Please Don’t Tell My Parents I’ve Got Henchmen, By Richard Roberts
Genre: young-adult, superhero, science-fiction
Publisher: Curiosity Quills Press
Date of Release: February 8, 2016
Cover Artist: Ricky Gunawan
What would middle school be like if half your classmates had super powers? It’s time for Penny Akk to find out. Her latest (failed) attempt to become a superhero has inspired the rest of the kids in her school to reveal their own powers.
Now, all of her relationships are changing. She has a not-at-all-secret admirer, who wants to be Penny’s partner almost as much as she wants to be Penny’s rival. The meanest girl in school has gained super powers and lost her mind. Can Penny help her find a better one? Can she help an aging supervillain connect with his daughter, and mend the broken hearts of two of the most powerful people in the world? And in all this, where will she find time for her own supervillainous fun, or even more dangerous, to start dating?
It’s going to be a long, strange semester.
My career as a mild-mannered middle school student ended the usual way, with a quarterback turning into a shark.
Or maybe he was a forward receiver. Or made line drives. Penelope Akk, nerd supreme, had more important hobbies than Sport. What mattered to me was that one second a boy on our team was human, and the next he turned big and bulky and grey. His jersey ripped over his suddenly massive upper body, and it was a blessing to us all that he wore stretchy pants.
“♪We will / We will♪” chanted the girl next to me, before trailing off with everyone else.
Shark boy certainly rocked them. In a display of truly bone-headed bravery in the finest Sport traditions, the opposing team tried to tackle him. They bounced off his shoulders like trout thrown at a freight train. One actually kind of clever guy tackled Sharky’s stumpy legs, hoping to at least trip him up. No good. The poor brave sap got kicked all the way off the side of the field, and hopefully hadn’t gone from halfback to hunchback.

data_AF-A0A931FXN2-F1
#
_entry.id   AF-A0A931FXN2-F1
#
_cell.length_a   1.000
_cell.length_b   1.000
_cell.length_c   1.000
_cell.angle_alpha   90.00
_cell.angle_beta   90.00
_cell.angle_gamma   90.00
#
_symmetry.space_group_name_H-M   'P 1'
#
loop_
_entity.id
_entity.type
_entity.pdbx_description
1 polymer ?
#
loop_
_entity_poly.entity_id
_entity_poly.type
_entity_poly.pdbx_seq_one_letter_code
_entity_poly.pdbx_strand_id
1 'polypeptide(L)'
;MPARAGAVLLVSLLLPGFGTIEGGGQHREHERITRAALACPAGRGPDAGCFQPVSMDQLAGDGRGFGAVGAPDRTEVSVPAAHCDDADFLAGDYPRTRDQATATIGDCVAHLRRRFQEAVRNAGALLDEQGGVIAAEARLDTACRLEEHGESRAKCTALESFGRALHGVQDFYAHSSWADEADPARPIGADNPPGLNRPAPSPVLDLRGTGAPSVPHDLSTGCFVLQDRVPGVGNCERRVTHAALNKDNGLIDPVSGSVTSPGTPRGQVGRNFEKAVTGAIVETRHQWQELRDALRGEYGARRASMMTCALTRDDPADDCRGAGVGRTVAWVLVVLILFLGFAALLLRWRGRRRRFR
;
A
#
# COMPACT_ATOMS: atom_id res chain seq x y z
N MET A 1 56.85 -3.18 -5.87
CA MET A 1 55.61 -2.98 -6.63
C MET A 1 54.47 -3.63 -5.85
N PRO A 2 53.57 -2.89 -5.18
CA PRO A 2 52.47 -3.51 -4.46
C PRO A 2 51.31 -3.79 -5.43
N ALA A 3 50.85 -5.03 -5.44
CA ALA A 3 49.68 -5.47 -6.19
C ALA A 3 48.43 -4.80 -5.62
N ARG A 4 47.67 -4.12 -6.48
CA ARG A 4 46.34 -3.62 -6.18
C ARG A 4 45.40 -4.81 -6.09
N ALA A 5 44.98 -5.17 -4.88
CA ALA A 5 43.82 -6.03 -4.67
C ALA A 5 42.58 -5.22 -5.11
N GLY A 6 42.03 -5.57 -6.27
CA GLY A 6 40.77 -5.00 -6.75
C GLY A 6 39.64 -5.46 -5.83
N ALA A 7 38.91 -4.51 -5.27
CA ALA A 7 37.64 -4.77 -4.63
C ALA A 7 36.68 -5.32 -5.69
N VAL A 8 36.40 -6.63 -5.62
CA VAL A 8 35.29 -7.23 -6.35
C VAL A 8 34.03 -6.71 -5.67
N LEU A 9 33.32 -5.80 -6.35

As fast and sinuous and unstoppable as a hippopotamus, Sharky stomped down to the opposite goal, waving the football over his head and ranting at the top of his lungs. “I’m sick of this! I’m sick of hiding my super powers, pretending to compete with you humans when I’m stronger than all of you put together! Who’s the Most Valuable Player now?!”
Actually, I was making up that part. Up in the stands, I couldn’t possibly make out what he was yelling. Just call it an educated guess.
When he crossed the finish line, Sharky threw down the football and began his victory waddle.
The girl next to me asked in squeaky bewilderment, “Can he do that?”
The girl next to her asked more heatedly, “Does that touchdown count?”
The boy on the other side of me recoiled back in his seat. “He’s heading for the other team again!”
That would be my cue. Standing, I pulled my goggles out of my pouch and buckled them ceremonially over my eyes. A careful twist of my wrists, and then a second careful twist when I didn’t get the first one exactly right, and the rotors on my forearms blew the sleeves of my loose sweater off all the way to the shoulders. My brown braided pigtails flapped behind me as I soared up off of the bleachers, dropping down to land in a crouch next to the cheerleaders.
The head cheerleader, Marcia, slapped me in the chest with the side of her baton. Bared teeth accompanied a hiss like an angry cat. “You are not taking this from me, Penny Akk!”
Wincing, I pointed past her. “We’re both too late.”
A girl with wildly spiky blue hair charged onto the field. Was that Cassie, from English class? What happened to her hair?
Brilliant blue arcs of electricity flew out of her body with every step, grounding in the ripped up turf. Well, that answered my question. A number of questions.
“No no no no no no no! You stupid, spotlight-hogging, neckless block of rancid fish oil!” Cassie screeched. She charged towards the shark boy, throwing out a double-armed blast of lightning bolts that fell into the ground yards short of their target. C- for mastery of her powers, but a solid A for villainous banter.
Instead of staying out of her range, the stupid, spotlight-hogging, neckless block of rancid fish oil lumbered up to meet her, yelling back, “What are you talking about?”